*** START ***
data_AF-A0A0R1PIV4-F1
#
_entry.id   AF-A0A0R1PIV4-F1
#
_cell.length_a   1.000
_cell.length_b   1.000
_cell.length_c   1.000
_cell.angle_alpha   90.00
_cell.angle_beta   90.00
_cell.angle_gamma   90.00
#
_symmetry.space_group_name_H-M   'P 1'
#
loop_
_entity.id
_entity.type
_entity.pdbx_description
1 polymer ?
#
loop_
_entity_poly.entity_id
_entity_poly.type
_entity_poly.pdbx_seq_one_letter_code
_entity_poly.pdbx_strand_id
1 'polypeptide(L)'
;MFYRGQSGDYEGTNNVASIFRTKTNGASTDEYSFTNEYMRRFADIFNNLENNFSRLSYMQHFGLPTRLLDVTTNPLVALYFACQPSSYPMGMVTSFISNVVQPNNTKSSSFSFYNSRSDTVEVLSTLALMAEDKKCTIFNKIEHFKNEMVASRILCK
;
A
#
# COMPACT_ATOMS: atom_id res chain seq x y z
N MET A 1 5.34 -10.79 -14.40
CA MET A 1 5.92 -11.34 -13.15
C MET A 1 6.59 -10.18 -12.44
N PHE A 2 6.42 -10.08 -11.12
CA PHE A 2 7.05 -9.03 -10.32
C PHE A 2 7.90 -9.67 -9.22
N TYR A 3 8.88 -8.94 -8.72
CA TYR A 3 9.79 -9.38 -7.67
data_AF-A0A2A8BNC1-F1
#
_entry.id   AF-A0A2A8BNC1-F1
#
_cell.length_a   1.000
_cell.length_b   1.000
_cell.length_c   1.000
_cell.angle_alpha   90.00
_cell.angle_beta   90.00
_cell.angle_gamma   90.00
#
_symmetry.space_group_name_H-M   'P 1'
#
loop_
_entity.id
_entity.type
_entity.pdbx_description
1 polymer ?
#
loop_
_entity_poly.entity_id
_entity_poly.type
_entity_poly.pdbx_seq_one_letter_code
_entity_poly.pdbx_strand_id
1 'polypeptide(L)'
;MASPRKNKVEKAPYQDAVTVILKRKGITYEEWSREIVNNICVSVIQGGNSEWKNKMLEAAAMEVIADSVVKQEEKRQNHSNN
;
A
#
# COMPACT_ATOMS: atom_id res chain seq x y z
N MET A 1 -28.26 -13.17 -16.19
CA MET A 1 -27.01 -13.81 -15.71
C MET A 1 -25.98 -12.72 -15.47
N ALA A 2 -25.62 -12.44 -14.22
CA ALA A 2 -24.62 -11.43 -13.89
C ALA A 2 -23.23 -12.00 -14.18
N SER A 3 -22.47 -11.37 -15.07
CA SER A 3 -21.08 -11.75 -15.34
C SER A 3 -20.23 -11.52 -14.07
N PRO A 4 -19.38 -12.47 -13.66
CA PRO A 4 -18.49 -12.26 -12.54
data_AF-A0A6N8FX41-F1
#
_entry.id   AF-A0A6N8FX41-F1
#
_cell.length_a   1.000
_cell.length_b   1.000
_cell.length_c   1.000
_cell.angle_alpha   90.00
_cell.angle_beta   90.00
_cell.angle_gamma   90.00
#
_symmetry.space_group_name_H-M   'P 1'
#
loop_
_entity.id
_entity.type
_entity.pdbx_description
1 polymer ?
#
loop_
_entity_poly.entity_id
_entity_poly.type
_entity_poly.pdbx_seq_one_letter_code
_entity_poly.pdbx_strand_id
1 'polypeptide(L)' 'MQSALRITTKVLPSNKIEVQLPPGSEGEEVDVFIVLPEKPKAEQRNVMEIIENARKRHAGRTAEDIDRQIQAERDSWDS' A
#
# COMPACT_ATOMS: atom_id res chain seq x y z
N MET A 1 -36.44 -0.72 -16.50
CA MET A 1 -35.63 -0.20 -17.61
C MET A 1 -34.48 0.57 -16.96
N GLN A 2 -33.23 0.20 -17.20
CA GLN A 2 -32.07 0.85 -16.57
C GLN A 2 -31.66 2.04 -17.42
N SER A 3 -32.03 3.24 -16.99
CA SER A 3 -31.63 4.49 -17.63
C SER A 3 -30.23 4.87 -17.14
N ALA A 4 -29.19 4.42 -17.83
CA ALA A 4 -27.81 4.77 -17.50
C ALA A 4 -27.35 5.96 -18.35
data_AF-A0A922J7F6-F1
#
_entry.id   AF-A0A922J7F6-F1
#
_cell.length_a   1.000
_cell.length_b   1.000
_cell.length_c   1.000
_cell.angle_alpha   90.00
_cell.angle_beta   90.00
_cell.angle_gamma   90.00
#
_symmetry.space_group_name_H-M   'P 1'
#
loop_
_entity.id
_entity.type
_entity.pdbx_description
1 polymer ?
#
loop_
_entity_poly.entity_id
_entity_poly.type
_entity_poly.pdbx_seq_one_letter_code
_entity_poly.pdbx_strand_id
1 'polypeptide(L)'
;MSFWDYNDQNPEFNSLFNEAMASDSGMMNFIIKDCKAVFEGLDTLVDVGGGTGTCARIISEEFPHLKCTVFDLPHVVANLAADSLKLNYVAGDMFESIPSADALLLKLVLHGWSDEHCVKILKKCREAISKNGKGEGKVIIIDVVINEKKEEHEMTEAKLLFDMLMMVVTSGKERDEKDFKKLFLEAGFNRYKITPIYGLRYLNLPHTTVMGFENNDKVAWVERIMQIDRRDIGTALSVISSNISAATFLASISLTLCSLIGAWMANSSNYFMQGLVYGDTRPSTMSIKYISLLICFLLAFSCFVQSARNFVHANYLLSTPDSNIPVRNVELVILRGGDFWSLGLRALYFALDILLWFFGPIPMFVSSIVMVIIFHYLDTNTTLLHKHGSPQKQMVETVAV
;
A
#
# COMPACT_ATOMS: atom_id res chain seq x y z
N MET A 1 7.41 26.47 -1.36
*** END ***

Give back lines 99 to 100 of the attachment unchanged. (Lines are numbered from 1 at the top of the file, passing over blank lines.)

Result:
loop_
_entity_poly.entity_id